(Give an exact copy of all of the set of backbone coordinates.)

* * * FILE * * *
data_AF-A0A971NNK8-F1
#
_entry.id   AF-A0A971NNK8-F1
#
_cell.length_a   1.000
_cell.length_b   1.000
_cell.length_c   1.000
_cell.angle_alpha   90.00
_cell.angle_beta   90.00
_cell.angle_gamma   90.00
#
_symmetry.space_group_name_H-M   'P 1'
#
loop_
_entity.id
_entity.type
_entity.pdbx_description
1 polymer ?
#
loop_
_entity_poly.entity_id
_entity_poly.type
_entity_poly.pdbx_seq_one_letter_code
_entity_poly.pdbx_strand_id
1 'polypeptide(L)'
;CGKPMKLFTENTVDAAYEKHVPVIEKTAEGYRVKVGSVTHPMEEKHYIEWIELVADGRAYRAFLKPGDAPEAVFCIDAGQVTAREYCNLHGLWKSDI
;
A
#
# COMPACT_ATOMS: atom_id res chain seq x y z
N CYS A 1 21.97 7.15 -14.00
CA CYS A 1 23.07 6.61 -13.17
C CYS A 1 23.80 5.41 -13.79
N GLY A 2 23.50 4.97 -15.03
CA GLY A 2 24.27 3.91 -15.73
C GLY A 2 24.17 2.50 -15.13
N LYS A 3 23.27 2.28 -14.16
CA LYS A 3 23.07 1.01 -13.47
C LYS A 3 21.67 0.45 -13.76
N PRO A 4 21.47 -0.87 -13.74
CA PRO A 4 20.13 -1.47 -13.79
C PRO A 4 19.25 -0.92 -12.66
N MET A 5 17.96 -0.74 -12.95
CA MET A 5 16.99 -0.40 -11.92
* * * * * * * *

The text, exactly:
data_AF-A0A971NNK8-F1
#
_entry.id   AF-A0A971NNK8-F1
#
_cell.length_a   1.000
_cell.length_b   1.000
_cell.length_c   1.000
_cell.angle_alpha   90.00
_cell.angle_beta   90.00
_cell.angle_gamma   90.00
#
_symmetry.space_group_name_H-M   'P 1'
#
loop_
_entity.id
_entity.type
_entity.pdbx_description
1 polymer ?
#
loop_
_entity_poly.entity_id
_entity_poly.type
_entity_poly.pdbx_seq_one_letter_code
_entity_poly.pdbx_strand_id
1 'polypeptide(L)'
;CGKPMKLFTENTVDAAYEKHVPVIEKTAEGYRVKVGSVTHPMEEKHYIEWIELVADGRAYRAFLKPGDAPEAVFCIDAGQVTAREYCNLHGLWKSDI
;
A
#
# COMPACT_ATOMS: atom_id res chain seq x y z
N CYS A 1 21.97 7.15 -14.00
CA CYS A 1 23.07 6.61 -13.17
C CYS A 1 23.80 5.41 -13.79
N GLY A 2 23.50 4.97 -15.03
CA GLY A 2 24.27 3.91 -15.73
C GLY A 2 24.17 2.50 -15.13
N LYS A 3 23.27 2.28 -14.16
CA LYS A 3 23.07 1.01 -13.47
C LYS A 3 21.67 0.45 -13.76
N PRO A 4 21.47 -0.87 -13.74
CA PRO A 4 20.13 -1.47 -13.79
C PRO A 4 19.25 -0.92 -12.66
N MET A 5 17.96 -0.74 -12.95
CA MET A 5 16.99 -0.40 -11.92